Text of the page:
Moreover, we find nothing that precludes a previously-denied, or future, rheumatoid arthritis claimant from seeking the presumptive service connection afforded pursuant to § 3.317. In the case of a previously-denied claimant, should “new and material evidence” come to light discrediting previous theories as to the etiology or pathophysiology of rheumatoid arthritis, the claimant is not without recourse to reopen their previously-disallowed claim for review. See 38 U.S.C. § 5108 (“If new and material evidence is presented or secured with respect to a claim which has been disallowed, the Secretary shall reopen the claim and review the former disposition of the claim.”); 38 C.F.R. § 3.156(a) (“A claimant may reopen a finally adjudicated claim by submitting new and material evidence.”).2 Likewise, a future claimant will have an opportunity, just as Mr. Goodman had in the present appeal, to offer evidence relating to the totality of his medical condition and seek a medical opinion relying on the most up-to-date medical studies.


We have considered Mr. Goodman's remaining arguments and find them unpersuasive. For the foregoing reasons, the judgment of the U.S. Court of Appeals for Veterans Claims is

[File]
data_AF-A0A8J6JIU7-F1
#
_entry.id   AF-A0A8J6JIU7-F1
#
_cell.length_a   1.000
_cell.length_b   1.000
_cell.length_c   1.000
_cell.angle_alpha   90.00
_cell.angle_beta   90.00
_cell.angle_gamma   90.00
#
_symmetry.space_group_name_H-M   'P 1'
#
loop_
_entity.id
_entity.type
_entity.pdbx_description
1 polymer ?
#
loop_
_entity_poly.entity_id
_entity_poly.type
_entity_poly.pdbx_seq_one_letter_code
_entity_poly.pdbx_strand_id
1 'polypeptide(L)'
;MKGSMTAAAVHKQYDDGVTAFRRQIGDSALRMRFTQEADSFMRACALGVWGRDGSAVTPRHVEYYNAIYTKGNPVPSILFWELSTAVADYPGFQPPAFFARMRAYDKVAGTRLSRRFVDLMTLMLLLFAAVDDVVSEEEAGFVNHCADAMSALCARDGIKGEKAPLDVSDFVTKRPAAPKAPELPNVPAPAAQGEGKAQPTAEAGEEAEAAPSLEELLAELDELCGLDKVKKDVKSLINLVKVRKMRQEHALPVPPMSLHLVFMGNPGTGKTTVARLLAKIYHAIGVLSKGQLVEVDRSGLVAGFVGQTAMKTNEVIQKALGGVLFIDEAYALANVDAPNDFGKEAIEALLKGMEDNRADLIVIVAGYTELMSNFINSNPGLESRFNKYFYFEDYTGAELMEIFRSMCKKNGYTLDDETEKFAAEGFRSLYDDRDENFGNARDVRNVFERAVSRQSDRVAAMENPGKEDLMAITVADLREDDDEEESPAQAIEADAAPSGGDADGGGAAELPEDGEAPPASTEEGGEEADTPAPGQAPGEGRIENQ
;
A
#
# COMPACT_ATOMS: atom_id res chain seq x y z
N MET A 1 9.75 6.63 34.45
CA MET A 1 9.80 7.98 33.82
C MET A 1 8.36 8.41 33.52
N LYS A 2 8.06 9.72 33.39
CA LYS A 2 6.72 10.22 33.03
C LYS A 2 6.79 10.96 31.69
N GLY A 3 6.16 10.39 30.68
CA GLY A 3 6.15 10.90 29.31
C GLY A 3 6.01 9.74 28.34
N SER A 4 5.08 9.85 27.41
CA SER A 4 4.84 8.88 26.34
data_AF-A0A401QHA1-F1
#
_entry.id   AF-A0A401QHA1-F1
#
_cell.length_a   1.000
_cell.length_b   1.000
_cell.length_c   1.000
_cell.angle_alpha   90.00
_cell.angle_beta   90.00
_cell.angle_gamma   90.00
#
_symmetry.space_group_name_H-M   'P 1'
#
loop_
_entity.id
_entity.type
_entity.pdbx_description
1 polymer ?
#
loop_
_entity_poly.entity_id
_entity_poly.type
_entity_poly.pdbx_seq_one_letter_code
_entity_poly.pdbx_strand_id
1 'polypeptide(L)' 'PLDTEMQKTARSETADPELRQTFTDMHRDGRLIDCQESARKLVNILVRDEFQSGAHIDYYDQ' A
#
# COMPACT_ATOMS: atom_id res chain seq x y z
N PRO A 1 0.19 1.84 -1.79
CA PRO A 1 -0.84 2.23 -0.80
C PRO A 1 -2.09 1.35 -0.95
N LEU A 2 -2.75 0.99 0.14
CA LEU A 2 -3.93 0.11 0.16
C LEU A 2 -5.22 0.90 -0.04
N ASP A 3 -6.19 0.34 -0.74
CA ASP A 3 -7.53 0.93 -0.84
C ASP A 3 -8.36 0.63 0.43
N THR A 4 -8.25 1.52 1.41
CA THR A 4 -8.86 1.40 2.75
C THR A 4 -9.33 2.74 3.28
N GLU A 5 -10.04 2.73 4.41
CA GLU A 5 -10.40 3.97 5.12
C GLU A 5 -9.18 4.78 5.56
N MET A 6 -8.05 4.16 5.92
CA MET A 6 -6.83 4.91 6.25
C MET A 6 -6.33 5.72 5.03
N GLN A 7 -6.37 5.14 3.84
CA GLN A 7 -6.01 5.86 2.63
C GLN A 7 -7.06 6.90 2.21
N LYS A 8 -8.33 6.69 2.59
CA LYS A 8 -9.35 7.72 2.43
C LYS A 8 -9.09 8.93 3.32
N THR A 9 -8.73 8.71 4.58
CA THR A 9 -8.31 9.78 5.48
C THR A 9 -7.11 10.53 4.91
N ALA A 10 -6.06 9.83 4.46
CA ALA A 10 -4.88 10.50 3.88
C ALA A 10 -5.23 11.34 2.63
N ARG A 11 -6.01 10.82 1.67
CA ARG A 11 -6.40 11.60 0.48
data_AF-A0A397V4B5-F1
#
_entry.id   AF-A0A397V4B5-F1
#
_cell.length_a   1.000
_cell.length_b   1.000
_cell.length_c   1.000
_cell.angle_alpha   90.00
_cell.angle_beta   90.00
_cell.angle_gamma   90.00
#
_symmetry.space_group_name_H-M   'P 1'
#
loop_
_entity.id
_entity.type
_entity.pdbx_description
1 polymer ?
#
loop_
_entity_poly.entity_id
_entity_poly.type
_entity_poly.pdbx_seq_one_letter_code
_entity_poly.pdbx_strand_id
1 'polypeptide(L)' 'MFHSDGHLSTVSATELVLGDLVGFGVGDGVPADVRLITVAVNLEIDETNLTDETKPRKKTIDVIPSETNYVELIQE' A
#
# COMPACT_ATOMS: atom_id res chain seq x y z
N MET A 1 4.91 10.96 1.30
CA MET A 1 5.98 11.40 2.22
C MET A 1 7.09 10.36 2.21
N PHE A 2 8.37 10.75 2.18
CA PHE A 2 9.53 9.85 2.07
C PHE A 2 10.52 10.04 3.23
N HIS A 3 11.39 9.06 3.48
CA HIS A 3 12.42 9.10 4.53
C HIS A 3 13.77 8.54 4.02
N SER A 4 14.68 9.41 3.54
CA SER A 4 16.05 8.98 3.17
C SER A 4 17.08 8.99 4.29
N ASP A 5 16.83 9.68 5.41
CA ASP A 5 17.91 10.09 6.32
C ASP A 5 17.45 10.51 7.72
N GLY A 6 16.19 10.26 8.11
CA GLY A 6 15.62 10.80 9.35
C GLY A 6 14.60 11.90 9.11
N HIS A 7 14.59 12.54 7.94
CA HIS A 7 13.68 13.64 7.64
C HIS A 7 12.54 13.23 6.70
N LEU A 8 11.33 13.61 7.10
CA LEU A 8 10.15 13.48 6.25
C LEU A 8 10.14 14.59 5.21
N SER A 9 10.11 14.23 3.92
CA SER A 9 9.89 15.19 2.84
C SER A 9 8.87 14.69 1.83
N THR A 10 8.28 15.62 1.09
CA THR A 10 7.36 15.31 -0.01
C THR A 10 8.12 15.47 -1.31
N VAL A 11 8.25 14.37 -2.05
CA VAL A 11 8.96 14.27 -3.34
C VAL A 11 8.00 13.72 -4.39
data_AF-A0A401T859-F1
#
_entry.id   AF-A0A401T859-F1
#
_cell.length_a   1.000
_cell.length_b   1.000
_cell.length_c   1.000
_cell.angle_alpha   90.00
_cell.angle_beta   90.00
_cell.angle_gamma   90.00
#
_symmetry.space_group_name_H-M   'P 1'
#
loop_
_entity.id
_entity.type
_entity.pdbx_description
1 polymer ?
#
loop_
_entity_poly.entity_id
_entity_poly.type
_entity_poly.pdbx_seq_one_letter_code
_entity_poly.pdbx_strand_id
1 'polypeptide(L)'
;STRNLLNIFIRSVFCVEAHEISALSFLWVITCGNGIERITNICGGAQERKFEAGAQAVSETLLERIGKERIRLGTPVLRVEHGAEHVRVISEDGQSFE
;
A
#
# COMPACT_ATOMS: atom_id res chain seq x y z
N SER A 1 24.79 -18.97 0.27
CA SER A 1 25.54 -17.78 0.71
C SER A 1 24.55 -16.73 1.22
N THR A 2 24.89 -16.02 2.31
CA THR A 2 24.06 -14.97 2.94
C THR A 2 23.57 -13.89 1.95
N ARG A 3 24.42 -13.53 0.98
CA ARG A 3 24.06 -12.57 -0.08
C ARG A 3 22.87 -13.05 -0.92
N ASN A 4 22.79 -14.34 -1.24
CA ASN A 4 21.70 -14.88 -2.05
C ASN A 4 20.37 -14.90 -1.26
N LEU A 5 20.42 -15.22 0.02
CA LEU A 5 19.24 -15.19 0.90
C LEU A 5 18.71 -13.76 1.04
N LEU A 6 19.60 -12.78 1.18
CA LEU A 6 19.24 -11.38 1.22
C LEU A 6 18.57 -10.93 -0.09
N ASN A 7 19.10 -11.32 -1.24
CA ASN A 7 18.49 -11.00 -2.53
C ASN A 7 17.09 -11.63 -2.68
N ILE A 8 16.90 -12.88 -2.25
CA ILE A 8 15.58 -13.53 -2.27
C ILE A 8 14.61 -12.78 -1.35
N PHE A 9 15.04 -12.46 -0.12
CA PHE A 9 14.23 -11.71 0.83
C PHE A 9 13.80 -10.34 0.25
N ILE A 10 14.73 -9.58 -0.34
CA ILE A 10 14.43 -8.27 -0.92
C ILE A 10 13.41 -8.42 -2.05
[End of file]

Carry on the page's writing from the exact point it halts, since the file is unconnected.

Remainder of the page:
No costs.


1.   Section 3.317(a)(2)(ii) defines a MUCMI as “a diagnosed illness without conclusive pathophysiology or etiology” and further states that “[c]hronic multisymptom illnesses of partially understood etiology and pathophysiology, such as diabetes and multiple sclerosis, will not be considered medically unexplained.”

2.   Section 5108 has been amended by the Veterans Appeals Improvement and Modernization Act of 2017, Pub. L. No. 115-55, 131 Stat. 1105 (Aug. 23, 2017). However, since the effective date for the amendment is set as the later of 540 days after enactment (February 14, 2019) or 30 days after the Secretary certifies that the VA is ready and able to handle appeals under the new system, id. at 1115, we must analyze § 5108 under the 2012 statute version that is still in effect.

Wallach, Circuit Judge.